UNICEF seeking millions to step up cholera response in Haiti
UNICEF Director of the Office of Emergency Programmes, Manuel Fontaine, visits the UNICEF-supported GHESKIO health centre in Port-au-Prince, Haiti. (Photo: CMC)

PORT AU PRINCE, Haiti (CMC) – The United Nations Children’s Fund (UNICEF) Wednesday said children account for roughly 40 per cent of the confirmed cholera cases in Haiti, as it appealed for US$27.5 million to save more lives from the disease.

The outbreak began two months ago and is unfolding amid an economic crisis and rising insecurity due to gang violence. Ninety per cent of confirmed cases have been in areas with a high burden of severe acute malnutrition.

UNICEF said children suffering from the condition, which is also known as severe wasting, are more vulnerable to cholera and at least three times more at risk of dying from it.

“In Haiti right now, there is a triple threat to children’s lives –malnutrition, cholera and armed violence. And sometimes all three together,” said Manuel Fontaine, Director of UNICEF’s Office of Emergency Programmes, who has ended a four-day visit to the French-speaking Caribbean Community (Caricom) country.

Fontaine was able to view first hand, how malnourished children are receiving life-saving care at UNICEF-supported cholera treatments in the capital, and in the Cité Soleil neighbourhood there.

“I was shocked to see many children at risk of dying in the cholera treatment centres. In just a few hours, acute watery diarrhoea and vomiting dehydrate and weaken them so much they may die without timely and adequate treatment. Cholera and malnutrition are a lethal combination, one leading to the other,” he said.

The senior official also went to a centre which provides medical, psychological, and psychosocial care to survivors of gender-based violence.

As of Monday, there were 924 confirmed cholera cases in Haiti, more than 10,600 suspected cases, and 188 deaths, according to the Ministry of Health.

But Fontaine remained adamant that the “vicious cycle” between malnutrition and cholera can be broken.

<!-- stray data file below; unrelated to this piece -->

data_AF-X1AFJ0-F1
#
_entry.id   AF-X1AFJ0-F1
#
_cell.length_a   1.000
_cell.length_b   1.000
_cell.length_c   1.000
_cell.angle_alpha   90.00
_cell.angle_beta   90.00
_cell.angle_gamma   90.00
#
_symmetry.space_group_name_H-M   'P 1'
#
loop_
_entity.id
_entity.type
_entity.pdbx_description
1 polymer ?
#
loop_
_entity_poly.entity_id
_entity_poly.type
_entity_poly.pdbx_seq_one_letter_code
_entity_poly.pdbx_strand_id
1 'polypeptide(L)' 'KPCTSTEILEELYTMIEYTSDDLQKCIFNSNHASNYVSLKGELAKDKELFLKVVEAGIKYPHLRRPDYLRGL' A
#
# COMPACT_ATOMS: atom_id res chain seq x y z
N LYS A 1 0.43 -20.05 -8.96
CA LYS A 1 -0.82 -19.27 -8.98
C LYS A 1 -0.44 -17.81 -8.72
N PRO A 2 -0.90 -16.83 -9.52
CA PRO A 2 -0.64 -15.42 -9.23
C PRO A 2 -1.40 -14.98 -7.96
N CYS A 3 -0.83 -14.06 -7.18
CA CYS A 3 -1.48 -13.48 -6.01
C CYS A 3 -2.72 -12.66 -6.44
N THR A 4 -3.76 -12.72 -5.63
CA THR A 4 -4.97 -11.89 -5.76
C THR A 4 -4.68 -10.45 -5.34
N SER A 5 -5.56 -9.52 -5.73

“Simple, affordable and effective treatment can save Haitian children’s lives, as long as we reach the most vulnerable families before it’s too late,” he said.

“But the urban-poor areas most affected by the cholera outbreak are also under the control of heavily armed gangs. Amid widespread armed violence and insecurity in large parts of the capital, humanitarian teams are walking on eggshells,” Fontaine continued.

UNICEF said it is seeking the funding to ramp up its cholera response over the next five months. It said the US$27.5 million will be used to provide humanitarian assistance in the areas of health, water, hygiene and sanitation, as well as nutrition and protection, for 1.4 million people.

Since July, the UN agency and partners have screened and assessed the nutritional status of nearly 6,200 children in Cité Soleil, the largest urban-poor area in the capital.

Overall, an estimated 2,500 under-fives suffering from severe and moderate acute malnutrition received quality treatment.

UNICEF, in coordination with the national authorities and partners, have delivered items to health departments, such as 245 cholera kits, 313,000 oral rehydration salts sachets, zinc, antibiotics, and personal protective equipment.

Additionally, more than 468,000 litres of water were distributed to 22,290 people currently living in, or displaced from, the neighbourhood.

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